Invisibles are the characters that are in your editor anyways, but they are usually not displayed with anything but empty space or simply completely invisible, like line breaks. Showing invisibles in Vi or Vim can easily be done by changing the vim config with the Continue reading “Showing Indentation, Spaces, Tabs (Invisibles) in Various Editors”
listchars properties. Other editors have config files or an easy to use UI like Atom or Visual Studio Code.
How do I quit vim?!
Has become a running gag of the computer nerd community for a few decades now, but recently I was asked by a fellow developer how to quit Continue reading “How to quit vim / nano / any text editor on Linux”
vim. Colour me surprised when what I saw in the terminal was not vim, but nano. After a few days of procrastination and consideration I thought it wouldn’t be too much to write a post about how to quit different text editors.
A common annoyance when setting up atom on a new machine is that one of my favourite packages, vim-mode-plus keeps overriding a native setting, that I want to use. The nice select the next occurence of this word or variable feature is overridden by
vim-mode-plus:scroll-half-screen-down, which honestly isn’t that useful at all.
All you need to do to revert the plugin from occupying a key binding is to open your
keymap.cson and to insert the following:
Continue reading “Quick Tip: Keep ‘Find Next Word’ with Vim Mode”
My favourite plugins for atom are both targeted towards developers and also writers. Atom has become my default source code editor, I also use it for a book I’m working on and most of my blog posts. Last update: 2016-10-24.
Atom Theme: Seti/Monokai
First of all I want to promote the SETI-UI and Monokai packages, since they just make Atom look great. If I stare at something for hours a day, it might as well be pretty. If you’re looking for more atom syntax themes, check out my post about them: Best (dark) Atom Editor Themes.
apm install seti-ui
Package link: seti-ui on atom.io
Continue reading “My 7+ favourite atom editor plugins”
The multiple selection feature of Sublime Text is something that helps you a lot when you’re aiming to change a variable name multiple times in one file. This is immensely practical, also while re-factoring, changing font-names, colours or anything that appears more than one time in your files. The plugin can be found here: vim multiple cursors, I’ve also added it to my vim plugin repository.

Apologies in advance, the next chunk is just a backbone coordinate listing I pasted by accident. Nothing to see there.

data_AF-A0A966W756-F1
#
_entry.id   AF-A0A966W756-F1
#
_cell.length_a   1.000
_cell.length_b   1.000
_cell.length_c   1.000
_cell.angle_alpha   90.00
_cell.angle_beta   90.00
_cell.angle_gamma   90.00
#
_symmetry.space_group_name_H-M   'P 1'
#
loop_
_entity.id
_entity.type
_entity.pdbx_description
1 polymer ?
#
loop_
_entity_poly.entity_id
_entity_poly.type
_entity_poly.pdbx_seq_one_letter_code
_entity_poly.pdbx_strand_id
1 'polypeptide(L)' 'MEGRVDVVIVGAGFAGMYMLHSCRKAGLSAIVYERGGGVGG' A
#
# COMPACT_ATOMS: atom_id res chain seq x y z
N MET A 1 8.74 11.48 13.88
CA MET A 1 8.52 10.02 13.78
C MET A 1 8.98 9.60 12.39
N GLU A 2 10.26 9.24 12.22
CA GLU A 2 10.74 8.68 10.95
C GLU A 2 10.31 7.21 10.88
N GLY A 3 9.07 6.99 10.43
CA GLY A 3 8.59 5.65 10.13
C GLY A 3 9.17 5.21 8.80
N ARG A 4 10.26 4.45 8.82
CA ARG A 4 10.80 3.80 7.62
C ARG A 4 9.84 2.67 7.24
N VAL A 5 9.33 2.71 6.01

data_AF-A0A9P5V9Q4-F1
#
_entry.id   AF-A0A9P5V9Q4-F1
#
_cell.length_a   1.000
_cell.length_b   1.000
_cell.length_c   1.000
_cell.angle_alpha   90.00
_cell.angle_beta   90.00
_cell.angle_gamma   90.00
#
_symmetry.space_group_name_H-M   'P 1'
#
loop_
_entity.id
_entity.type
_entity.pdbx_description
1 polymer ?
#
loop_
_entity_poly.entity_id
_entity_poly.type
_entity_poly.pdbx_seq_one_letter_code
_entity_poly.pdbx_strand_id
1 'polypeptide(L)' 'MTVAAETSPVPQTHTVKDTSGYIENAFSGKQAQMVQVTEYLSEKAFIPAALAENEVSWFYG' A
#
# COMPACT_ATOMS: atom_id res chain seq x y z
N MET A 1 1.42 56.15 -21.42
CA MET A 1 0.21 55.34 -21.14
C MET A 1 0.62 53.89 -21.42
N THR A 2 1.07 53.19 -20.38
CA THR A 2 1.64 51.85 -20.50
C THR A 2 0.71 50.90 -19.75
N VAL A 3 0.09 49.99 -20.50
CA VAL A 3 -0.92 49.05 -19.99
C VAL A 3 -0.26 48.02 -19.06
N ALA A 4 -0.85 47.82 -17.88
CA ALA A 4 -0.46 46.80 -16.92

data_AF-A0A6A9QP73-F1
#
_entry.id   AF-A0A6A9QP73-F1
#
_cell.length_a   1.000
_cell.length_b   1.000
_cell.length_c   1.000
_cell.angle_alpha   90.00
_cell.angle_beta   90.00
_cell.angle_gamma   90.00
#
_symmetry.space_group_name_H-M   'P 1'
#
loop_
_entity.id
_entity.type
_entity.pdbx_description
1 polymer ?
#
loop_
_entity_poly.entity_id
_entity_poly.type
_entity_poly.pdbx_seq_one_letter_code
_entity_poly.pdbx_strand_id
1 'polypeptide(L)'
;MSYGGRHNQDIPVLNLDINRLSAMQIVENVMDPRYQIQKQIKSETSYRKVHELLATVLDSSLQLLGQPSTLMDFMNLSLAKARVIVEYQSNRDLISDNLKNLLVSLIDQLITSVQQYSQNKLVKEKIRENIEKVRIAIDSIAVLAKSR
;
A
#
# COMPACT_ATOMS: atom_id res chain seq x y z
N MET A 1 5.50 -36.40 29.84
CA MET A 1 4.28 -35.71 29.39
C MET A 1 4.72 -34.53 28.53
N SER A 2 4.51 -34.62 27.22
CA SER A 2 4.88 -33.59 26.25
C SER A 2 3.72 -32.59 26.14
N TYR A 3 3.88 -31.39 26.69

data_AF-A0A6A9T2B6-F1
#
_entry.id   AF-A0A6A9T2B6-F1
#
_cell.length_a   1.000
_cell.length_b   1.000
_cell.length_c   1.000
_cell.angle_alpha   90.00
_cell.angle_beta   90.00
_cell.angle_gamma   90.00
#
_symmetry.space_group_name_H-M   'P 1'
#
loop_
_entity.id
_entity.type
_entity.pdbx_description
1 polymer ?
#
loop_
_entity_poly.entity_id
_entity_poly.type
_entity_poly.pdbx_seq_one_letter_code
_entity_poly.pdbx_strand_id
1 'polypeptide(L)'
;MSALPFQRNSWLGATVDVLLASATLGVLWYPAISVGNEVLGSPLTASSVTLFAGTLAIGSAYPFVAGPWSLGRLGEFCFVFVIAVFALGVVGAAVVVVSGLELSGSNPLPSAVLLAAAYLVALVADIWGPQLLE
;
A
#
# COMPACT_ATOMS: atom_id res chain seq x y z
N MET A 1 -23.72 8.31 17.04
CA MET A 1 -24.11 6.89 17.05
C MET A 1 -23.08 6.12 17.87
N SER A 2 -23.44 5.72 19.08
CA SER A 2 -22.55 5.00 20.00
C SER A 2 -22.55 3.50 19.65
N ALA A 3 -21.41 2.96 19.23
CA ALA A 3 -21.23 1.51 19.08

Here an example, if I for example want to rename my callback function to cb:
The keybinding for selecting the next match is CTRL+N, to delete: x and to type something new: i (going to insert mode) cb.
GitGutter is an amazing idea, that gained a lot of traction through the Sublime Text plugin created by J.D. Isaacks. The plugin lets you see which lines have been changed since the last git commit, right in your editor, while you’re coding. This is brilliant and it will prevent you from unwanted changes and make you more aware of how you’re changing code on a project that you don’t maintain alone. Continue reading “Best Git Tools: GitGutter – show changed lines in your editor”
Linux and other open source software play a significant role in technology nowadays. Linux runs on most supercomputers, server systems and most smartphones (inside Android) in the world.
I also use Linux on the desktop and especially for development it’s just great. You can test in an environment that is very close to your server and there’s many great tools that are made for developers. Also Linux makes it easy to write your own tools. Continue reading “CigTrack Day #3: Open Source Software”
Source Code Pro is a really nice font for programming, even though it comes from Adobe. I recently banged my head into a wall of too many inconsistent answers on the internet on how to use it inside gVim/MacVim. That’s why I’m just putting down the solution that finally workd for me. Continue reading “Using Adobe’s Source Code Pro in Vim”
I’m a developer, I think shells are awesome. When I was in ninth grade I took a class in typing with the 10-finger system, which was a full year of typing dull things into an incredibly old DOS interface.
I took these classes, because I had a couple of those Linux magazines and the authors occasionally brought up how much faster things were if you just could use your keyboard, instead of your mouse. My problem was, that I couldn’t type perfectly without looking at the keyboard. Continue reading “Why Shells are Awesome”